The Stockert 3T heater-coolers are used to ensure patients maintain optimal temperature during certain surgeries. Approximately 60 percent of heart surgery programs in the US use heater-coolers during heart and lung surgeries. Reports have arisen, however, that the devices could be associated with an increased risk of patient exposure to Mycobacterium chimaera, which causes nontuberculous mycobacterium infections. These infections can be deadly, and are often slow growing, so they can take months or even years to develop.
The heater-coolers use water to maintain patient temperature, and bacteria in the water can be transmitted via the air, which is how patients may have been exposed to it. Although patients do not come into contact with the water, water droplets can be carried from a device vent through the air, spreading the infection.
At least two hospitals—including WellSpan York Hospital—face lawsuits linked to the use of Stockert heater-coolers. Other hospitals have started warning patients that they may have been exposed to M. chimaera and should be monitored for signs of an infection.
On January 23, 2017, Medical University of South Carolina issued a release about the heater-coolers, though the organization said it has not yet received any reports of injury in its patients. Symptoms of M. chimaera infection include night sweats, unexplained weight loss, fatigue, fever, and muscle aches. Patients who experience symptoms of an infection and have had heart surgery are encouraged to seek medical attention immediately.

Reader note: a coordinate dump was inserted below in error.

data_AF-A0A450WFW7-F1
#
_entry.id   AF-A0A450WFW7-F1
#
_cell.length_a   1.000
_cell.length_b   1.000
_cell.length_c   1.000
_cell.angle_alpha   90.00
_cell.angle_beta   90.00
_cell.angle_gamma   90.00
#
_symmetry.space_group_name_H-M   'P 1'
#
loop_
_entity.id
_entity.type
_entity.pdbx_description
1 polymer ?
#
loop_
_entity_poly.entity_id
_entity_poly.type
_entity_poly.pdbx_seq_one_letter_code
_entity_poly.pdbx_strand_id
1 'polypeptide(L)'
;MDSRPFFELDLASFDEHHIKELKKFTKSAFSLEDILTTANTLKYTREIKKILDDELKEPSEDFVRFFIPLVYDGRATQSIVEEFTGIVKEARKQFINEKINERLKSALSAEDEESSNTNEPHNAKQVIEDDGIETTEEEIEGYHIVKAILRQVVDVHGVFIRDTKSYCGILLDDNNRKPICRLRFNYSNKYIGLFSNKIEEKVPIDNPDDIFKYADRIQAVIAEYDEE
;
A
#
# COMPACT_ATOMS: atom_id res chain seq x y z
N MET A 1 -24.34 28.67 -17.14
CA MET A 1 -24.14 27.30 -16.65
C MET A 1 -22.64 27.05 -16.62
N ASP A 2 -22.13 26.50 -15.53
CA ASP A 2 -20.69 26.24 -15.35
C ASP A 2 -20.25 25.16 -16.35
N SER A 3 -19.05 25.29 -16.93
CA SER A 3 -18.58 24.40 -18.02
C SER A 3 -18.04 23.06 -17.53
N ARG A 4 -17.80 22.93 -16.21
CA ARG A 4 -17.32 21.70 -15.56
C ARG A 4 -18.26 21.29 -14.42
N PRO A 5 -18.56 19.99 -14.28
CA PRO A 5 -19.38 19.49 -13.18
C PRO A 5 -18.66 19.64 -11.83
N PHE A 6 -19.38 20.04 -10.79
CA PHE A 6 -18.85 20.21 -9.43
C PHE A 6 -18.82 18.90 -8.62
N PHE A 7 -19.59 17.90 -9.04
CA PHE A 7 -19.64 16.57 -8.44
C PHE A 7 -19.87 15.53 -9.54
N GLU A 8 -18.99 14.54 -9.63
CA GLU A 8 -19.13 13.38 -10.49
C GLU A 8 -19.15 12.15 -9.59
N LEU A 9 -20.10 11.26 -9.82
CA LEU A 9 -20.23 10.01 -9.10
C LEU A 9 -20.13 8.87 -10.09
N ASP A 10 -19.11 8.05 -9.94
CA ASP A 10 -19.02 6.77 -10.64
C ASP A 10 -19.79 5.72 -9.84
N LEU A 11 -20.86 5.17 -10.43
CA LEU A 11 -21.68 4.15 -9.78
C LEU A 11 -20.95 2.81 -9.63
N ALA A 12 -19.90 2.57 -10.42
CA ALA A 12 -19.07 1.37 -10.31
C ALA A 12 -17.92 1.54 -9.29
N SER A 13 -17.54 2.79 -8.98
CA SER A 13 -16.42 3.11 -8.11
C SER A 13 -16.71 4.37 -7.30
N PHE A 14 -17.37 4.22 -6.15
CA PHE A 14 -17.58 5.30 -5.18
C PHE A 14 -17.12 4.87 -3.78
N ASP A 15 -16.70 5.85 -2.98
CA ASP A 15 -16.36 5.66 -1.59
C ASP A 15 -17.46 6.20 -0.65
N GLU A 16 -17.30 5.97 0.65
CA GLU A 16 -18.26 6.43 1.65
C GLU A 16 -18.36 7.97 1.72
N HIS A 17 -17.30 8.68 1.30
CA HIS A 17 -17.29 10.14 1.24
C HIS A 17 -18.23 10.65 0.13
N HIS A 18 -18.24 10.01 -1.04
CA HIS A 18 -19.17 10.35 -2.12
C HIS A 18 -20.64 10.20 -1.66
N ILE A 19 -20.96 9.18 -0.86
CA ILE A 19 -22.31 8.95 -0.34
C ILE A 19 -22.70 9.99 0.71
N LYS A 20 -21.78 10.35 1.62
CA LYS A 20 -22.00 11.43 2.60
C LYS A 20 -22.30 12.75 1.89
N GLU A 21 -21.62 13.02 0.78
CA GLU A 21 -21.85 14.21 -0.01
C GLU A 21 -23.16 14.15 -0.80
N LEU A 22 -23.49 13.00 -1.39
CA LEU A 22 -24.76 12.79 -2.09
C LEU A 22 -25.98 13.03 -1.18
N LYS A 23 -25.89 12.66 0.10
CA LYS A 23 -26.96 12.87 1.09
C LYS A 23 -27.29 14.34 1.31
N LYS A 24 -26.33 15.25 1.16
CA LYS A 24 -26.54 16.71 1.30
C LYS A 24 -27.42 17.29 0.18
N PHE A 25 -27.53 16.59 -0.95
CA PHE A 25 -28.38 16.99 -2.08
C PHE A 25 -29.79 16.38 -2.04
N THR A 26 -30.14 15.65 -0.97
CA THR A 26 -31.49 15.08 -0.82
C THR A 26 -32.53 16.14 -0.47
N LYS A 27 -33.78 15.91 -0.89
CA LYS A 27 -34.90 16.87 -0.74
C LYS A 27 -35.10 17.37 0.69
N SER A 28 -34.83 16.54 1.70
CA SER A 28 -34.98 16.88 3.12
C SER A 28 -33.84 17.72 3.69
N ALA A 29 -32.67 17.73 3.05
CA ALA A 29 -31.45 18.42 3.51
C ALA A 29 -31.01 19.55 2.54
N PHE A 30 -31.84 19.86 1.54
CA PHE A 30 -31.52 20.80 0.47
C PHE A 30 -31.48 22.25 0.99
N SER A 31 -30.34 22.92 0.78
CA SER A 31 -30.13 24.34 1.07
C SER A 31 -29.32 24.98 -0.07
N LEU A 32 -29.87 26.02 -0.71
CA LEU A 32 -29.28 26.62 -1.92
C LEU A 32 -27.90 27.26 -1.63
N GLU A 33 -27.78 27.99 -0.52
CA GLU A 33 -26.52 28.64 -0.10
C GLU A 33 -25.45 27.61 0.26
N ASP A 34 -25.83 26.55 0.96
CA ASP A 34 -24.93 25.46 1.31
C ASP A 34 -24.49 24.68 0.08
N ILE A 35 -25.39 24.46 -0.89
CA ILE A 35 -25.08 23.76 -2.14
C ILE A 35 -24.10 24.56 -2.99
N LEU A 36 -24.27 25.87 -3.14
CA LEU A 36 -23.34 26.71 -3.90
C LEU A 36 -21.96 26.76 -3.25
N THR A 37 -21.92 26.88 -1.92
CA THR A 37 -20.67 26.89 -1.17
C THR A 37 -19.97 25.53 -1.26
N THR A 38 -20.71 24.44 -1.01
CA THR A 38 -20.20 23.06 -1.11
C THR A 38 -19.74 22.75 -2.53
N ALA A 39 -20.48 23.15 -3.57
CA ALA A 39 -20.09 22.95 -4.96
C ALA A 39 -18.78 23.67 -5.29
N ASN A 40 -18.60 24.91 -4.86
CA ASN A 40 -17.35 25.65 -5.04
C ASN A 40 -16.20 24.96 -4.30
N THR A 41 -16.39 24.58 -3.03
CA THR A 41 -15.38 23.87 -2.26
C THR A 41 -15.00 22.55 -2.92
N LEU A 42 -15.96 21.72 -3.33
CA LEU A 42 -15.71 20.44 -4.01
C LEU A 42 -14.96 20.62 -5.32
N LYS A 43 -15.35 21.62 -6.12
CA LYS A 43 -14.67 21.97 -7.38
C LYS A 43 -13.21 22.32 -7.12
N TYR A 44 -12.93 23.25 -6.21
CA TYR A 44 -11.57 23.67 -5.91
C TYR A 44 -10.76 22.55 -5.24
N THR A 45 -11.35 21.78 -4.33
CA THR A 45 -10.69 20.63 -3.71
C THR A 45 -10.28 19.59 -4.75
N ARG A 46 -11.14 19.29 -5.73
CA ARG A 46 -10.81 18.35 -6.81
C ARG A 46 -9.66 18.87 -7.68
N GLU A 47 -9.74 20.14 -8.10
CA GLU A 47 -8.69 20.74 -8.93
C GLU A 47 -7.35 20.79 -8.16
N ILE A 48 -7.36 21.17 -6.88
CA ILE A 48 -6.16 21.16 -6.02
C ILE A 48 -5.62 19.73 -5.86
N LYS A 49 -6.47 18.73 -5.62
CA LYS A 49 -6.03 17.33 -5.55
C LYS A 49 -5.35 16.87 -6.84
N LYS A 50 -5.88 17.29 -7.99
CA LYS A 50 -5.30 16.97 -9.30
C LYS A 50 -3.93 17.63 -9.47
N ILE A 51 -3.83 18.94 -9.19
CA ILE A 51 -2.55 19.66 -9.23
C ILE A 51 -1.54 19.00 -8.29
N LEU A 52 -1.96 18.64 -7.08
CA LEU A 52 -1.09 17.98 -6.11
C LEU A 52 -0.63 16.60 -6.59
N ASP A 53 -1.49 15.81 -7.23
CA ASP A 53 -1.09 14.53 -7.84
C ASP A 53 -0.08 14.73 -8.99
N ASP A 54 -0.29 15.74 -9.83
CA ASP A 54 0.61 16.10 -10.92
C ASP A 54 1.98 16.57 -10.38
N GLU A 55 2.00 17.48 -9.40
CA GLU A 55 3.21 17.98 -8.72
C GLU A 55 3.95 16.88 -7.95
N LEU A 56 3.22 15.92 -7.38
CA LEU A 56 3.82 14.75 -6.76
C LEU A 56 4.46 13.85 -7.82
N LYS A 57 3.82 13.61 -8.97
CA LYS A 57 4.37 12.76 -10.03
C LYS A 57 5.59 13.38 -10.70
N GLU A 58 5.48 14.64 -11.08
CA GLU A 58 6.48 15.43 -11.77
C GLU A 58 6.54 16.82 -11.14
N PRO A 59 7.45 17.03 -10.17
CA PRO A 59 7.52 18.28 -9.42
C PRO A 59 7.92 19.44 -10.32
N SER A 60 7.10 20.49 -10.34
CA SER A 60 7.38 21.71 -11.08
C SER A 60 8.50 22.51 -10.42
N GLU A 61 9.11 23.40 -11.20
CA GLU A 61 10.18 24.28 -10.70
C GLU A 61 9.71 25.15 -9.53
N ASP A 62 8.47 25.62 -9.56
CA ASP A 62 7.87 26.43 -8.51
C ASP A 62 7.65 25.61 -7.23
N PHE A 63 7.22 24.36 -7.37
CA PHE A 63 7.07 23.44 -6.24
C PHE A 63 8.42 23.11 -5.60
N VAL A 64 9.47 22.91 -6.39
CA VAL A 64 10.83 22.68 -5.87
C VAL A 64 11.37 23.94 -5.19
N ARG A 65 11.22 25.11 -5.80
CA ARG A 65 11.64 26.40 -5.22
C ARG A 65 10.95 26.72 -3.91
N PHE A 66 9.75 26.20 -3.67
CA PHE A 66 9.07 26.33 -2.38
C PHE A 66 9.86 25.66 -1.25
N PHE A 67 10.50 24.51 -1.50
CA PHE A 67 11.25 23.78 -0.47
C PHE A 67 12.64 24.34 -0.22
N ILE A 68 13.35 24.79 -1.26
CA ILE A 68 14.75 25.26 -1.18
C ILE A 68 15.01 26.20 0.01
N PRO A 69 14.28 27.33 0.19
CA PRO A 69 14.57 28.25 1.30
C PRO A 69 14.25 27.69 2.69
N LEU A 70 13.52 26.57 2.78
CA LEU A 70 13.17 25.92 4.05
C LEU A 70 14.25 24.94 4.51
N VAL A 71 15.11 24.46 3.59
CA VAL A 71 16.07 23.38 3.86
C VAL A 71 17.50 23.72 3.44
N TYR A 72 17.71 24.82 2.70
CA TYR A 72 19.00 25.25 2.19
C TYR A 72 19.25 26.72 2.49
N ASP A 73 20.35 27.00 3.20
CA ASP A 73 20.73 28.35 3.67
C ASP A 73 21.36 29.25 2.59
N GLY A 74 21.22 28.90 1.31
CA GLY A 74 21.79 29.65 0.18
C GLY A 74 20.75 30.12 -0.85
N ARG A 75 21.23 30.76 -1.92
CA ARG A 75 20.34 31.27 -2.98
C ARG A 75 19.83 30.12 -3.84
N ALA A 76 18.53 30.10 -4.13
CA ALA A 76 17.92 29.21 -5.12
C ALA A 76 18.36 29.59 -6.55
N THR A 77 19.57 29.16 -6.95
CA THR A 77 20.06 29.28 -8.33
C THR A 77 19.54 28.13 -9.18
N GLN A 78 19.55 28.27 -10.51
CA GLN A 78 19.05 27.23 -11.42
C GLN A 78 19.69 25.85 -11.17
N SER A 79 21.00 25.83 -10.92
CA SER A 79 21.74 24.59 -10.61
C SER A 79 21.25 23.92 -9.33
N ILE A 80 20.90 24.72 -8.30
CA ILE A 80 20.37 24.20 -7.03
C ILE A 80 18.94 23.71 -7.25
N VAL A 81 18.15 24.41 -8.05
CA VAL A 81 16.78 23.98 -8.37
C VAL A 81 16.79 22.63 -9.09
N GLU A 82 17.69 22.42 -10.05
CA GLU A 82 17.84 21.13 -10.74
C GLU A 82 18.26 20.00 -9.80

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Lawsuits have been filed by patients who allege they became ill after the heater-cooler was used during their surgery. The lawsuits claim hospitals did not do enough to prevent the dangerous infection. At least two lawsuits have been filed against University of Pennsylvania Health System, according to reports. Robert Gerngross and Marisa Karamanoogian both had surgery at the hospital and developed infections. Gerngross' infection, which occurred after he had a valve replacement, ultimately resulted in him losing 40 pounds and requiring a second valve replacement.
Meanwhile, around 12 patients have filed a lawsuit against WellSpan York Hospital, alleging that hospital also failed to protect them from infection.